Crop_FactorPhotography gear is all built around the original 35mm frames we shot on film, so if you have a crop camera, your frame will be different than it is on a full frame sensor. My Canon 7D sensor is half the size of a 35mm frame, so all of my adjustments are roughly 1.5X. This is good for reach as it gives my zoom a little bit of a bump, but it’s awful for wide angle photography. A 24mm lens on a full frame camera is decently wide, on a crop sensor it starts to resemble a 36mm lens which is a bit more “normal”. A 50mm lens very closely resembles the field of view we humans have on full frame cameras, on APS-C that 50mm starts to look a bit more like an 80mm zoom.

The A7 and A7R employing full frame sensors will mean you won’t have to do that mental mathematic trick of understanding how wide or how zoomed in you might be.

Slim and Sexy + Market Disrupting Price

Sony-A7-sideLastly, these cameras represent a “legitimizing” influence over the semi-pro and pro markets for smaller and compact interchangeable lens systems. SLR’s have their name because a mirror in the camera is responsible for feeding light from the lens into your eye piece. Hit the shutter button and that mirror flips up exposing the sensor, and light from the lens now generates an image on the digital guts of your camera. This has been the way photogs work since the film days, and it’s generally accepted as the “professional” way a camera should work.

Experimenting with slimmer camera bodies has meant doing away with the mirror box, and instead permanently operating the camera in a “live view” mode, where light from the lens hits the image sensor directly, and then an electronic screen shows you what the lens sees. With cameras which can swap lenses, this is often relegated as “entry-level” or “consumer” grade photography, especially as previous solution incorporated smaller crop sensors.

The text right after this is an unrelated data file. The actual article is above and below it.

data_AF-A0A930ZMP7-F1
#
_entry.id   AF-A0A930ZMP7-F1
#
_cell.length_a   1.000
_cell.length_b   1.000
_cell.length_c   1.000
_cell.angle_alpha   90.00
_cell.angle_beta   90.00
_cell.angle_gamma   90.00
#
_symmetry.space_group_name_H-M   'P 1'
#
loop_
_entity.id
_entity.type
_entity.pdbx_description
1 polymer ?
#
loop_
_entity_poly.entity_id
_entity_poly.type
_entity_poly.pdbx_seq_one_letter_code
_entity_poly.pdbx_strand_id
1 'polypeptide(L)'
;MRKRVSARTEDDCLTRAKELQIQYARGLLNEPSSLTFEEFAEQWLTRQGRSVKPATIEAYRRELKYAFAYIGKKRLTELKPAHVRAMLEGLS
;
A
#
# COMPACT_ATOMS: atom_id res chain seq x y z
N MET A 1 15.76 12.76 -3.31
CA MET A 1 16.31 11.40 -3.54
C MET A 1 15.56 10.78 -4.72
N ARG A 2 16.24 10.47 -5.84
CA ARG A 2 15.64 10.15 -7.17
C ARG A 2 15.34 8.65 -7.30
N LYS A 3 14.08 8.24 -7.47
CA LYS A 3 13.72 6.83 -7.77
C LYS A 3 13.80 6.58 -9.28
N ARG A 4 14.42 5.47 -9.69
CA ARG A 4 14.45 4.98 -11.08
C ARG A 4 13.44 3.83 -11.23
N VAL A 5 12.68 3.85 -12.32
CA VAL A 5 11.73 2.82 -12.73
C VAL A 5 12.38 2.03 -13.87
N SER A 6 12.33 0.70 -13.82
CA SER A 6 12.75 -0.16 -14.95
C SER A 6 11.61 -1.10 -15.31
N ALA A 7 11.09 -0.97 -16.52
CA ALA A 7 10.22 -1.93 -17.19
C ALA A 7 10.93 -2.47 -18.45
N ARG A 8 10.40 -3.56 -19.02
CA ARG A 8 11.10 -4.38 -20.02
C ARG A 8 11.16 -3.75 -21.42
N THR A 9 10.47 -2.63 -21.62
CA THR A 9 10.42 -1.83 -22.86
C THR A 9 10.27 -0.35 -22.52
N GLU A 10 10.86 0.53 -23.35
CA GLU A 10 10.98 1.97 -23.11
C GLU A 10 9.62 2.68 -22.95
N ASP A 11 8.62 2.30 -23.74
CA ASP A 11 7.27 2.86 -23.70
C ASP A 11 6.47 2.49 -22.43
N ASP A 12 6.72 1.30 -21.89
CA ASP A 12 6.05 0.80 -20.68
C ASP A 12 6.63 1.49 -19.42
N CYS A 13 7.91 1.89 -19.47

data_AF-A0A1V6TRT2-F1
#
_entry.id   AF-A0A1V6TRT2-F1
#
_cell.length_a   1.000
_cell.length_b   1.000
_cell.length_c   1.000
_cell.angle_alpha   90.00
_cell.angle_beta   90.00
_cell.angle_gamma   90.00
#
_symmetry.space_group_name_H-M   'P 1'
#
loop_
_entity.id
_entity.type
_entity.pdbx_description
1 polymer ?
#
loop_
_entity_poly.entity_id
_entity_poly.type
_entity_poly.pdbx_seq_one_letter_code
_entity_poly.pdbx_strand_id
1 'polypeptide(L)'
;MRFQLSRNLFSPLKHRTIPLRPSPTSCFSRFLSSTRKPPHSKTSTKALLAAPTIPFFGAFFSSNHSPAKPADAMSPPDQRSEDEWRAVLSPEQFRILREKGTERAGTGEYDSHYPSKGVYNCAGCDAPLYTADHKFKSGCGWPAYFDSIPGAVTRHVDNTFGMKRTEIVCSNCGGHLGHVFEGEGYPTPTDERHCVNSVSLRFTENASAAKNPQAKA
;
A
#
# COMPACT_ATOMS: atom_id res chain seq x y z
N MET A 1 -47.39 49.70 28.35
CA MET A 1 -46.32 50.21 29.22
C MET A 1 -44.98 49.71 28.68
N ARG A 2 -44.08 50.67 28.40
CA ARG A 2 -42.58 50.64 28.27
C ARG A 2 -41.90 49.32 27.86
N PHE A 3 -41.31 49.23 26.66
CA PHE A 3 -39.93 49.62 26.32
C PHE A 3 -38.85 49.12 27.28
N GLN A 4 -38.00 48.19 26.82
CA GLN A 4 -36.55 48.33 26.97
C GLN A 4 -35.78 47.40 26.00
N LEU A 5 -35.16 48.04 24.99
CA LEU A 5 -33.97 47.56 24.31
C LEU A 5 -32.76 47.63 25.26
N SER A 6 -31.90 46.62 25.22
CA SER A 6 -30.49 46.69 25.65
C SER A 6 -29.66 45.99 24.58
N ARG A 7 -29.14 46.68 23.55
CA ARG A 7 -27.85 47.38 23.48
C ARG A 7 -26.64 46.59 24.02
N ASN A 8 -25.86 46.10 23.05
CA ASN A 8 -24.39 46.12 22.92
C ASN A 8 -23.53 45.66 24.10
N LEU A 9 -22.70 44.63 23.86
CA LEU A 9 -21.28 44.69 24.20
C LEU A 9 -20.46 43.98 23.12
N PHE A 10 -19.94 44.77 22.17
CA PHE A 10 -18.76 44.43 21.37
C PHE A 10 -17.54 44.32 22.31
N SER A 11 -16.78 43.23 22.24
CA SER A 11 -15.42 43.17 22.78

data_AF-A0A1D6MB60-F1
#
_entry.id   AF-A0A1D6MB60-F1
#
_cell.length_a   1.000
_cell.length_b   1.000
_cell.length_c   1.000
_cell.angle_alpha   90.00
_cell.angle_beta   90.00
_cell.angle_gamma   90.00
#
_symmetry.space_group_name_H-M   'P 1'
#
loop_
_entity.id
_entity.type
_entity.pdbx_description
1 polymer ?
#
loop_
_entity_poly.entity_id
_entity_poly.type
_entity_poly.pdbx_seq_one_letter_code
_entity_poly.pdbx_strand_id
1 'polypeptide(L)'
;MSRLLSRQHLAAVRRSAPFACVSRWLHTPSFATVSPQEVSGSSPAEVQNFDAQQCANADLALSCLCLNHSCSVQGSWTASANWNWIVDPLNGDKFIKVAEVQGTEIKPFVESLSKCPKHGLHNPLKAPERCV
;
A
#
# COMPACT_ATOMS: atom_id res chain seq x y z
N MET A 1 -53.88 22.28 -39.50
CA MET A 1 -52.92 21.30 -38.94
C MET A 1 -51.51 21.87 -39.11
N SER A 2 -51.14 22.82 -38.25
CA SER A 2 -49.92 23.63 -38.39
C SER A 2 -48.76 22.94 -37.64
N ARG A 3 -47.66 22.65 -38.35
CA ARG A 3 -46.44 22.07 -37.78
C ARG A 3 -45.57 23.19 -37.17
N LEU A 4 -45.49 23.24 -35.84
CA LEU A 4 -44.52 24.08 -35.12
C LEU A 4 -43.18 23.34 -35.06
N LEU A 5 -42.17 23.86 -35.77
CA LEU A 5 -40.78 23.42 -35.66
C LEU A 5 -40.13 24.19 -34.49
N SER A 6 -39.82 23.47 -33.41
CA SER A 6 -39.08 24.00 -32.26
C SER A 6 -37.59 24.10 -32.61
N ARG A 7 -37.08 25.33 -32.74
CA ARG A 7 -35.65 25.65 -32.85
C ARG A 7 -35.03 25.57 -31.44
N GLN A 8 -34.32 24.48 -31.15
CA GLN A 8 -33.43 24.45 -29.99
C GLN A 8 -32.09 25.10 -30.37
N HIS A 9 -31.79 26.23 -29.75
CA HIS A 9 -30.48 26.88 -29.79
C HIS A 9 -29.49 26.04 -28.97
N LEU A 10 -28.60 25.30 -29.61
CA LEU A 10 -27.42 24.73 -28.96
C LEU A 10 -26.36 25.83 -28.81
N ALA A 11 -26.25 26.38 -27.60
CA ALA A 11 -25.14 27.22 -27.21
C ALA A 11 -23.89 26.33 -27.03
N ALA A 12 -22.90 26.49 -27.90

Now Sony is offering up their top of the line sensors in smaller and compact camera bodies. Not only that, but we’re seeing pricing aimed at shaking up the full frame market. The A7R will retail for $2300, a decent chunk of change for sure, but it uses a very similar sensor to the one found in the Nikon D800 which has a street price of $2800. Canon’s 5D mark III uses a 22MP sensor and has a street price of $3100 against Sony’s A7 which should perform similarly at the sensor level and only costs $1700 MSRP.

The rest is just gravy…

a7_4Hardware controls, highspeed 60fps video in full HD, WiFi, NFC. That’s all just great, and are often features you’d have to pay more for with SLR’s, or add via accessories. They’re creating a formidable package.

Of course there will be pros and cons still to using mirrorless cameras, and pros will probably still gravitate towards optical viewfinders over electronic screens for the near future, but Sony has fired a clear shot at this market. Just like Mac vs PC, the photography market is largely divided between Canon vs Nikon, so it’s really exciting when a third player does anything to shake that duopoly up.

Full details, press release, and camera specs after the jump.

Continue reading Sony Unleashes Details on A7 & A7R Mirrorless Full Frame Cameras – What that means, and why it’s cool!

Digital Bolex serves up more sample footage from the D16

digital bolex d16The D16 is a throw back to the classic days of amazing 16mm film cameras. Hand cranks and pistol grips ruled the day, and many film makers got their start with these interchangeable lens systems. The Digital Bolex is a modern re-imagining of that classic camera utilizing a 2K digital sensor and the ability to shoot raw video. Designed to use any number of semi-pro and professional lenses and accessories, the D16 was a Kickstarter funded project, and now we’re just waiting for it to hit the market proper to play with.

Well, while we wait, the Digital Bolex folks like to tease us, and they’ve just released another round of test footage from their prototype after a recent calibration. It’s looking pretty good…